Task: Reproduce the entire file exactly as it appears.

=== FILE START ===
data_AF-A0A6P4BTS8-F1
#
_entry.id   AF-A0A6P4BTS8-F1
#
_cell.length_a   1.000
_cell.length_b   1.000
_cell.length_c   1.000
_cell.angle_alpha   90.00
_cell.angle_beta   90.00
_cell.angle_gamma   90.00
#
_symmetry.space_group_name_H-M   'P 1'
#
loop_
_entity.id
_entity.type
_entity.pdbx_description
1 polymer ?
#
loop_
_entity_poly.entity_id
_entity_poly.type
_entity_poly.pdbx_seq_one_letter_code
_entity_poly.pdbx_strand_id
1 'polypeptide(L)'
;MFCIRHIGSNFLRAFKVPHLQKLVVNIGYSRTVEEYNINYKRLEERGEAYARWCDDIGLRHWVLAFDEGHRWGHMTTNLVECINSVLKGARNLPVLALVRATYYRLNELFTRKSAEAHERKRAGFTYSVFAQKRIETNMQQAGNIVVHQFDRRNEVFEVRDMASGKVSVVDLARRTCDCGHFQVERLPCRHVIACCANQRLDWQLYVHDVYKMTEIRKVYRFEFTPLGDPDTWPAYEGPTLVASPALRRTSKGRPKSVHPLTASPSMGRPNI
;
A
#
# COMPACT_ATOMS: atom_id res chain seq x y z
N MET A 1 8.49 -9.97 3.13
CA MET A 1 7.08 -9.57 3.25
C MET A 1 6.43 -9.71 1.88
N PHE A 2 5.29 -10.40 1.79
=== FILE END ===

data_AF-A0A6P4BTS8-F1
#
_entry.id   AF-A0A6P4BTS8-F1
#
_cell.length_a   1.000
_cell.length_b   1.000
_cell.length_c   1.000
_cell.angle_alpha   90.00
_cell.angle_beta   90.00
_cell.angle_gamma   90.00
#
_symmetry.space_group_name_H-M   'P 1'
#
loop_
_entity.id
_entity.type
_entity.pdbx_description
1 polymer ?
#
loop_
_entity_poly.entity_id
_entity_poly.type
_entity_poly.pdbx_seq_one_letter_code
_entity_poly.pdbx_strand_id
1 'polypeptide(L)'
;MFCIRHIGSNFLRAFKVPHLQKLVVNIGYSRTVEEYNINYKRLEERGEAYARWCDDIGLRHWVLAFDEGHRWGHMTTNLVECINSVLKGARNLPVLALVRATYYRLNELFTRKSAEAHERKRAGFTYSVFAQKRIETNMQQAGNIVVHQFDRRNEVFEVRDMASGKVSVVDLARRTCDCGHFQVERLPCRHVIACCANQRLDWQLYVHDVYKMTEIRKVYRFEFTPLGDPDTWPAYEGPTLVASPALRRTSKGRPKSVHPLTASPSMGRPNI
;
A
#
# COMPACT_ATOMS: atom_id res chain seq x y z
N MET A 1 8.49 -9.97 3.13
CA MET A 1 7.08 -9.57 3.25
C MET A 1 6.43 -9.71 1.88
N PHE A 2 5.29 -10.40 1.79